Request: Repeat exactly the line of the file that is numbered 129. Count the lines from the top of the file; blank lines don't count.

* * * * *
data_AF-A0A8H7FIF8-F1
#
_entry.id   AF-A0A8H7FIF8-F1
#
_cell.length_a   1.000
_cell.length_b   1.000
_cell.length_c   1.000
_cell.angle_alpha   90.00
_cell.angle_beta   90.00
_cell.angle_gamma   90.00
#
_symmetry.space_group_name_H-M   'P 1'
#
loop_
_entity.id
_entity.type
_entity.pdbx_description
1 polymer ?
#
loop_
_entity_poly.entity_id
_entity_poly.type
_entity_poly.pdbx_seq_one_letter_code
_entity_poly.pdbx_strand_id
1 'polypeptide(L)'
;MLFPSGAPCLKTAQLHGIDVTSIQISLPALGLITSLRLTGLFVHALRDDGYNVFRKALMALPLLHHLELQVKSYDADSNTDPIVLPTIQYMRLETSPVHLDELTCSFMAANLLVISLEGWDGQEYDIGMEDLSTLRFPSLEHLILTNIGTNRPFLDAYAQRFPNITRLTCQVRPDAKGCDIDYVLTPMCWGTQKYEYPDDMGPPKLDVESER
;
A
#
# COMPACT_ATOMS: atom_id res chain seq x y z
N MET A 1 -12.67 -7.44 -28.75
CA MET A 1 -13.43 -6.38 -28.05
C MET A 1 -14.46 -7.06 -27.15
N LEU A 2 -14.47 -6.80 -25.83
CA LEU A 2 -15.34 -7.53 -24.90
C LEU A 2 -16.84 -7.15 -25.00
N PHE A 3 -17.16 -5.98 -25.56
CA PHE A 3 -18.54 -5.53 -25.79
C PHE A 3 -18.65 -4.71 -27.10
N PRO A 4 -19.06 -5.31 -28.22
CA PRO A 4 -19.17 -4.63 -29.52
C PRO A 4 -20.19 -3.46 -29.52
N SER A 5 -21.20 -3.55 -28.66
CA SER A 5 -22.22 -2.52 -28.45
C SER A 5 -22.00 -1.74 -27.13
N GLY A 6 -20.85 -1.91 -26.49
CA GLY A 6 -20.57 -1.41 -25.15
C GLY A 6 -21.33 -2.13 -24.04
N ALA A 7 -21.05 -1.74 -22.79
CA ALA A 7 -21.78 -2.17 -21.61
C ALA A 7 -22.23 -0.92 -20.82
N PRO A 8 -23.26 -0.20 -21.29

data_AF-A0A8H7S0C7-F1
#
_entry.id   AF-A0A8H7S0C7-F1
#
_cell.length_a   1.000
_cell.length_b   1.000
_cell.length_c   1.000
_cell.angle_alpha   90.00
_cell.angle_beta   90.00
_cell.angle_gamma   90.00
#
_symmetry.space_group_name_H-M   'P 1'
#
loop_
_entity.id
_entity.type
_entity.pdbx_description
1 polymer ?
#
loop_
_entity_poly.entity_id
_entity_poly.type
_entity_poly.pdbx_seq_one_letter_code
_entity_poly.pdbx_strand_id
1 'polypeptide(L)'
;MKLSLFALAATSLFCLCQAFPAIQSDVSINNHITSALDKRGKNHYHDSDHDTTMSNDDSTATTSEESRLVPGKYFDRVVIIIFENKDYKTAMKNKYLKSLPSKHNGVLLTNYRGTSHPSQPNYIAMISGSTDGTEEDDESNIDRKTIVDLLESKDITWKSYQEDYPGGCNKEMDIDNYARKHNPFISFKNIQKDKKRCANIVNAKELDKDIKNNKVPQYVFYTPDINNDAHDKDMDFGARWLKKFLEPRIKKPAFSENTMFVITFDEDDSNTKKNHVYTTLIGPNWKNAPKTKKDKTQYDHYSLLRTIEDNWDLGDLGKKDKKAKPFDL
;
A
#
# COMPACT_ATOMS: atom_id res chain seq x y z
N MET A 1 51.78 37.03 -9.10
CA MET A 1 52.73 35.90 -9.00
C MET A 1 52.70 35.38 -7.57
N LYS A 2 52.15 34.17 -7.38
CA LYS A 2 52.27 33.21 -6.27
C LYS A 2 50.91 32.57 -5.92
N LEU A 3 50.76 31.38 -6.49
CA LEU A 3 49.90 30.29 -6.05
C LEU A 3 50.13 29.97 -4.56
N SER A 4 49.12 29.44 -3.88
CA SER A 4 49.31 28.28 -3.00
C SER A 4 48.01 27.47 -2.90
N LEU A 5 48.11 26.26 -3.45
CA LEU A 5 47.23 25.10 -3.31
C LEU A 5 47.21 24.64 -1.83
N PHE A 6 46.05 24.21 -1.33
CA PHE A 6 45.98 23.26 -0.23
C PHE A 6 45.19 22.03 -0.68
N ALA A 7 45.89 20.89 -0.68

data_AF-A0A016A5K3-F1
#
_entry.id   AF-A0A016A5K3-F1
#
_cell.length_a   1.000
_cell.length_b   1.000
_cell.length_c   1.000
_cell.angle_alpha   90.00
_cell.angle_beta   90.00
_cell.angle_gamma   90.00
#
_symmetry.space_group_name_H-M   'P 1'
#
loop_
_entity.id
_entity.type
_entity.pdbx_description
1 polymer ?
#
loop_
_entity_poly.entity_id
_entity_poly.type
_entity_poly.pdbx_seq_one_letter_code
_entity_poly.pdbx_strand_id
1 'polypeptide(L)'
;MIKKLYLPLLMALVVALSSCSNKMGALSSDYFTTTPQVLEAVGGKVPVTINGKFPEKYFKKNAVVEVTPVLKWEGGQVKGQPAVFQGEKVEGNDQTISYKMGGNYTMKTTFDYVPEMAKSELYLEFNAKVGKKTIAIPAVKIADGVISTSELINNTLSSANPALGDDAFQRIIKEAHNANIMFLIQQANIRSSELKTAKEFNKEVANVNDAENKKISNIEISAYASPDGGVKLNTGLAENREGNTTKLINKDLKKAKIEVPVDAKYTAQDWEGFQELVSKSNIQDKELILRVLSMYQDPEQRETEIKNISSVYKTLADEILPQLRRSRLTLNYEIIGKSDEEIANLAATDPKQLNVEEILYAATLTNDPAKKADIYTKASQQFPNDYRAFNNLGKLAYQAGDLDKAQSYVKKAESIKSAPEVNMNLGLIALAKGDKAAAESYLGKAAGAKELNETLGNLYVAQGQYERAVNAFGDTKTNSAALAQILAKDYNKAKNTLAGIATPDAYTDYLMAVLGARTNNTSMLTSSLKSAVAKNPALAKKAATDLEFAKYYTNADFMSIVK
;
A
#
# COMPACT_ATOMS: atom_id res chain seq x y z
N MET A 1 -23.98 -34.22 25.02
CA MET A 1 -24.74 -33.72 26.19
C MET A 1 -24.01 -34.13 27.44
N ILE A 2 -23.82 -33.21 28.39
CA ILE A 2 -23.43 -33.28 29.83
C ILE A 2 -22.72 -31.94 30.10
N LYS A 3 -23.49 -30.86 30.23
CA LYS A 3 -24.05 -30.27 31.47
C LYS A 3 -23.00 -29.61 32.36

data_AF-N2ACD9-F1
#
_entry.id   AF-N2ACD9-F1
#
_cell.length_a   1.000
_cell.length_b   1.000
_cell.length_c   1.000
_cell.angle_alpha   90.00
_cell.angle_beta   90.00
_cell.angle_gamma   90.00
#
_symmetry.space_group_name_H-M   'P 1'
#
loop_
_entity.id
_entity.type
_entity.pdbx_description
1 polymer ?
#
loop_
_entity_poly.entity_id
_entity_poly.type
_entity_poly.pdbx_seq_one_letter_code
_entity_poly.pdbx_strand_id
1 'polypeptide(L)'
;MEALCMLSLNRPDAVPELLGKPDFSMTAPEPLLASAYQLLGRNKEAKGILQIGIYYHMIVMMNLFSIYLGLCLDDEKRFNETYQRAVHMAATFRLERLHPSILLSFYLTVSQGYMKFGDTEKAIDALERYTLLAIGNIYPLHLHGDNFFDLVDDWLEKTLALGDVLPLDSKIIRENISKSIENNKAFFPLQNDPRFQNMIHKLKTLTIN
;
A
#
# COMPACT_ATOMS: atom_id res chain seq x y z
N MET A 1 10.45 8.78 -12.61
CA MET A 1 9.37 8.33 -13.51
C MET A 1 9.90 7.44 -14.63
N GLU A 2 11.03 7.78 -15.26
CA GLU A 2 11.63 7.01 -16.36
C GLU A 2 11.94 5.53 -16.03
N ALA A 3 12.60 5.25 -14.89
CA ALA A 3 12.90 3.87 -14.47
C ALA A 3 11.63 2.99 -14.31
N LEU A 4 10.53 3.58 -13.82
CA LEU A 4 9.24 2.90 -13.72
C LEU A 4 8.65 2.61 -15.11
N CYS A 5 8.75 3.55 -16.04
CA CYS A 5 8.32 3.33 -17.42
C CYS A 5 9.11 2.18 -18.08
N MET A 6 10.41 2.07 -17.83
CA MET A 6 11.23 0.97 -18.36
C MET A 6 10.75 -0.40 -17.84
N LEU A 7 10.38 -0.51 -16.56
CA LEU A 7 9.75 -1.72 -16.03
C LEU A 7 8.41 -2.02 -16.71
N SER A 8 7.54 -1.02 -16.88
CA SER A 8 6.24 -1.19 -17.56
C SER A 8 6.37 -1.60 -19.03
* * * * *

A